I have to tell y’all, my worry was for nothing because once Judah was born and once they got to know our sweet little boy, they couldn’t help but to fall in love with him. We were very lucky because Judah’s kind and easy going spirit was heartwarming which made it easy for others to open their hearts to him. Carol asked her mom if it would be OK for Judah to call her Gram and her dad, Papa (like the other grandchildren). I don’t know if Carol’s mom told her Judah could because she was more worried about upsetting Carol or because she really did see Judah as a grandson but honestly, it didn’t matter. What was more important was that our son was given a huge gift…he was given the love of another family which was so incredibly special to me. After all by the time Judah was four he would share that family’s last name, so genetically or not, he was one of them.
I will never forget when Judah was 3 and we were at a family gathering at Carol’s brother’s home. Carol’s sister, Rachael, was introducing us to someone and she said, “This is my sister, my sister in law and my nephew.” Said was able to introduce us casually and comfortably as if it was no big deal. Another time Carol’s father introduced me to someone as his daughter in law. And on my side of the family my sister and her husband introduced Carol as their sister in law.
Listen, Folks, Carol and I understand we are not going to be accepted by everyone. We didn’t expect to be even when we had been the brunt of that rejection (many times during our lives together). However, it was important that we be accepted by our families. It was important for Judah to have that support. Hell, it was important for us to have that support too. I am incredibly touched and moved to have so many generations of family members who love us for who we are. Lets face it folks, if two families like mine and Carols can do it then anyone’s can. Both of our families as a result have allowed us to give the most incredible and precious gift to Judah. He will be raised knowing he has an extended family who accepts and loves him as the individual he is. In a world where he will be judged time and time again, he will have the comfort of knowing his family will never past judgement simply because of the parents he has. As a result they are helping us empower him in the road of life he chooses to take. And so far, he’s taking a very good one!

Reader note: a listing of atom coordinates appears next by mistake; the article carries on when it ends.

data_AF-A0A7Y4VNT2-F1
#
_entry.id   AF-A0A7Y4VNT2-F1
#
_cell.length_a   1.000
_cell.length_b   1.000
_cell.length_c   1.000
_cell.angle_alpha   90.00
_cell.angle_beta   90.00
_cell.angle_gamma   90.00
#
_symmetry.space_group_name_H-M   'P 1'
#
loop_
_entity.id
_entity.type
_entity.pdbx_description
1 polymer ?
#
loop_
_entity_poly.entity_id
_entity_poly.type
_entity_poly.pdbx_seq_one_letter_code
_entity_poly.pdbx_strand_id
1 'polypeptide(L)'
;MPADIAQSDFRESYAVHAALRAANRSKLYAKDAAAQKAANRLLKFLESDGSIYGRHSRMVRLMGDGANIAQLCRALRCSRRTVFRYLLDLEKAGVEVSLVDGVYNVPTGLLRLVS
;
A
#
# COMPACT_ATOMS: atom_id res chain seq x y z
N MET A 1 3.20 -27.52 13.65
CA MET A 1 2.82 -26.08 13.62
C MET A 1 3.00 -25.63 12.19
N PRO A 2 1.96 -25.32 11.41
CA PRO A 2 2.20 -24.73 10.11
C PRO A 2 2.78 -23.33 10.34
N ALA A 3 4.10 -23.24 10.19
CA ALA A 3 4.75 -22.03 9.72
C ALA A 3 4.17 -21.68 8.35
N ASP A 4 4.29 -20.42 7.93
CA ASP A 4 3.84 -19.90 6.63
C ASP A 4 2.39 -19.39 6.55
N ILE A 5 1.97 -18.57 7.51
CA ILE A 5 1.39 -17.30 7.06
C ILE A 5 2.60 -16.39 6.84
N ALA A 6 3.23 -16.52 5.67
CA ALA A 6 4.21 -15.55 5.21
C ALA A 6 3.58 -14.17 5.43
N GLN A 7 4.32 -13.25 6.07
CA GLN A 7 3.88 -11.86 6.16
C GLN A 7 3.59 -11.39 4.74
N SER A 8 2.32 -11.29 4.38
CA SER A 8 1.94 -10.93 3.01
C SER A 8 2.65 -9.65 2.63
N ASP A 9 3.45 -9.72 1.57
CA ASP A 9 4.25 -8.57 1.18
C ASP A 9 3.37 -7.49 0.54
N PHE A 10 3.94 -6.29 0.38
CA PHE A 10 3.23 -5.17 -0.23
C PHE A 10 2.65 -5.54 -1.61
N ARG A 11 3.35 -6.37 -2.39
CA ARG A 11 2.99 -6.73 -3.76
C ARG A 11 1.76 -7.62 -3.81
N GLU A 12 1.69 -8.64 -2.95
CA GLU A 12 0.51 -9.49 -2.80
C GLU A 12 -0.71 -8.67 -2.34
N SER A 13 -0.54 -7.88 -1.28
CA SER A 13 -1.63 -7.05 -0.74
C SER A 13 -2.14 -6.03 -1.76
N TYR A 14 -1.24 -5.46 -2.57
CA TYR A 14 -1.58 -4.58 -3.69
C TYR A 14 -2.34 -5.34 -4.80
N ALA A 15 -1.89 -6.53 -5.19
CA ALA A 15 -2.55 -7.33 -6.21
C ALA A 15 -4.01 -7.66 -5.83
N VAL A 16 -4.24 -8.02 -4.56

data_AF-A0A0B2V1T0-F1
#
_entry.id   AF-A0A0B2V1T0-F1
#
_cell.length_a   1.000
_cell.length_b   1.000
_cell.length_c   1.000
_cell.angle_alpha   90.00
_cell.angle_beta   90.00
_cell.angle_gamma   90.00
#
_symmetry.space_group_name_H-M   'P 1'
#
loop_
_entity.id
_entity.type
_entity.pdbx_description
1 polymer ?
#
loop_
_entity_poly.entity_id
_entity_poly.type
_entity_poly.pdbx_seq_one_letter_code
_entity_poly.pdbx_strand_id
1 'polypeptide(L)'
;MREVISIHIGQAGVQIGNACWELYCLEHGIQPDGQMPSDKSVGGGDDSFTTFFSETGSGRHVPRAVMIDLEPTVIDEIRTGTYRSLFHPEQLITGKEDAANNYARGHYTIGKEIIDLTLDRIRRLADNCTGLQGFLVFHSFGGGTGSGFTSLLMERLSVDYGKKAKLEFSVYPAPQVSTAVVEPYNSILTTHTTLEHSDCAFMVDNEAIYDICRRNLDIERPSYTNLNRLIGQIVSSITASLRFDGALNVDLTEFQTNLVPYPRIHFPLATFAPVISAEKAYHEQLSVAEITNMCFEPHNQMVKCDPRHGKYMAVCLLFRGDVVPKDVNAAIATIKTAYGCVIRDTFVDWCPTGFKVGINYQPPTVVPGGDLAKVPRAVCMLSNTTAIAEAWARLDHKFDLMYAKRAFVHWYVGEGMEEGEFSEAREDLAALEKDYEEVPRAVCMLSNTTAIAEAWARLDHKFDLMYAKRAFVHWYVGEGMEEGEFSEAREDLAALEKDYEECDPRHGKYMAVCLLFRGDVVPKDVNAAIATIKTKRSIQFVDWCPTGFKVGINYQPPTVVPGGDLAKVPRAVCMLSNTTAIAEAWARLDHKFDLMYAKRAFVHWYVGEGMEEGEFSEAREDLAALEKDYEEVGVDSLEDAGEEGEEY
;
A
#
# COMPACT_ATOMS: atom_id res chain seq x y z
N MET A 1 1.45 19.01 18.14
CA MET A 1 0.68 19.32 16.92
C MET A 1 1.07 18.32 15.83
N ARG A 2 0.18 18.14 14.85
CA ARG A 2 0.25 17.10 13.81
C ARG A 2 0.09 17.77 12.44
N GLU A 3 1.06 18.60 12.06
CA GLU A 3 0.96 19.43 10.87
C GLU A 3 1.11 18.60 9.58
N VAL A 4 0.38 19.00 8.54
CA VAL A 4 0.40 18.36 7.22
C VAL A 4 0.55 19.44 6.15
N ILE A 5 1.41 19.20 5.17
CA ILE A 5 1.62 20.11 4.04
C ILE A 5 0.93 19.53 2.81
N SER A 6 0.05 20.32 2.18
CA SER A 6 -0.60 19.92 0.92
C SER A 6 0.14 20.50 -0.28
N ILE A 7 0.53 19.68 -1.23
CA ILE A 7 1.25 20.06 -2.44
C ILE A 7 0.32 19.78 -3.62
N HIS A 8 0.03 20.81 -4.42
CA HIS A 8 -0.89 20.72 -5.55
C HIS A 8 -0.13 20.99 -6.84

A week later Carol and I were once again driving to the infertility clinic in Columbia, SC. This time though Carol was clearly concerned. As I have said in the past. She hid any of her fears or worries from me. However not on this day. The thing was she knew from what the doctor had said at our last visit (that if we didn’t get pregnant on the Clomid) then we’d take the next step (which were to do the injectables). Well, Carol had already checked with our insurance company and found out the injectables were not covered like the Clomid was. Here was the thing. Our insurance coverage had changed. If this had been when we were getting pregnant with Judah, it would have been covered. So on top of all of the usual infertility worries we were also frustrated that if we had possibly tried this earlier we would have had better coverage (or simply gotten pregnant without all of the problems we were having). But, easy to say..what do they say, “Hind sight is always 20/20?
OK, so Carol knew there was no way we could afford taking the injectable route. It bothered her too. She knew I wanted another baby more than anything, however we had agreed (before even starting with having another kid) we were not going to allow ourselves to get in debt over it. BUT, that didn’t matter to me anymore. When I had agreed to that I had hopes I’d get pregnant on the first try like we did with Judah. I never imagined we’d be in that predicament of trying multiple times. And so when Carol told me we couldn’t afford it, it upset me in the most frustrating way. Dammit! I wanted this. It wasn’t unfair! And plus, still reeling with the Clomid in my system that wasn’t helpful either in regards to my emotional state. I wanted to get pregnant and all I wanted was for it to happen. I suppose I got sucked in and at that point I was willing to do what ever necessary to get pregnant. Listen, it wasn’t Carol’s fault. I agreed with her. BUT, there was just that other maternal side of me that just wasn’t ready to hear the truth and to give up.